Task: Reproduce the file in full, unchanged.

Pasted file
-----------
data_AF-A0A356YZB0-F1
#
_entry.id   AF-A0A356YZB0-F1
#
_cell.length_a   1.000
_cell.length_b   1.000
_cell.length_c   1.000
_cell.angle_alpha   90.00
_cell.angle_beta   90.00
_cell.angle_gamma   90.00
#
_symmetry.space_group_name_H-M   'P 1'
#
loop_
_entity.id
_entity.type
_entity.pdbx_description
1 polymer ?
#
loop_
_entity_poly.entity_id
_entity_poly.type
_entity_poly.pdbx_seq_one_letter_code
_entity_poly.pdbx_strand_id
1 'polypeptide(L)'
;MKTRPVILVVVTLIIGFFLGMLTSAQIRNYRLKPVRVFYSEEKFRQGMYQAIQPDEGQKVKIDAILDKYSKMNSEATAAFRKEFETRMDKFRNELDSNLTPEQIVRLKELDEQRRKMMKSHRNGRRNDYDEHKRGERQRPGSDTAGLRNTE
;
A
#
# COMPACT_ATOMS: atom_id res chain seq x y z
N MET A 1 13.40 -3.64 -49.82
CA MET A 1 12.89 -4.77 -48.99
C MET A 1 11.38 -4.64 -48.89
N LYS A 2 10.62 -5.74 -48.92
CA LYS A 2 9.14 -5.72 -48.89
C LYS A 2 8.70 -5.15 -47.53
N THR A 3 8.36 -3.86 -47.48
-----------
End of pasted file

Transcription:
data_AF-A0A356YZB0-F1
#
_entry.id   AF-A0A356YZB0-F1
#
_cell.length_a   1.000
_cell.length_b   1.000
_cell.length_c   1.000
_cell.angle_alpha   90.00
_cell.angle_beta   90.00
_cell.angle_gamma   90.00
#
_symmetry.space_group_name_H-M   'P 1'
#
loop_
_entity.id
_entity.type
_entity.pdbx_description
1 polymer ?
#
loop_
_entity_poly.entity_id
_entity_poly.type
_entity_poly.pdbx_seq_one_letter_code
_entity_poly.pdbx_strand_id
1 'polypeptide(L)'
;MKTRPVILVVVTLIIGFFLGMLTSAQIRNYRLKPVRVFYSEEKFRQGMYQAIQPDEGQKVKIDAILDKYSKMNSEATAAFRKEFETRMDKFRNELDSNLTPEQIVRLKELDEQRRKMMKSHRNGRRNDYDEHKRGERQRPGSDTAGLRNTE
;
A
#
# COMPACT_ATOMS: atom_id res chain seq x y z
N MET A 1 13.40 -3.64 -49.82
CA MET A 1 12.89 -4.77 -48.99
C MET A 1 11.38 -4.64 -48.89
N LYS A 2 10.62 -5.74 -48.92
CA LYS A 2 9.14 -5.72 -48.89
C LYS A 2 8.70 -5.15 -47.53
N THR A 3 8.36 -3.86 -47.48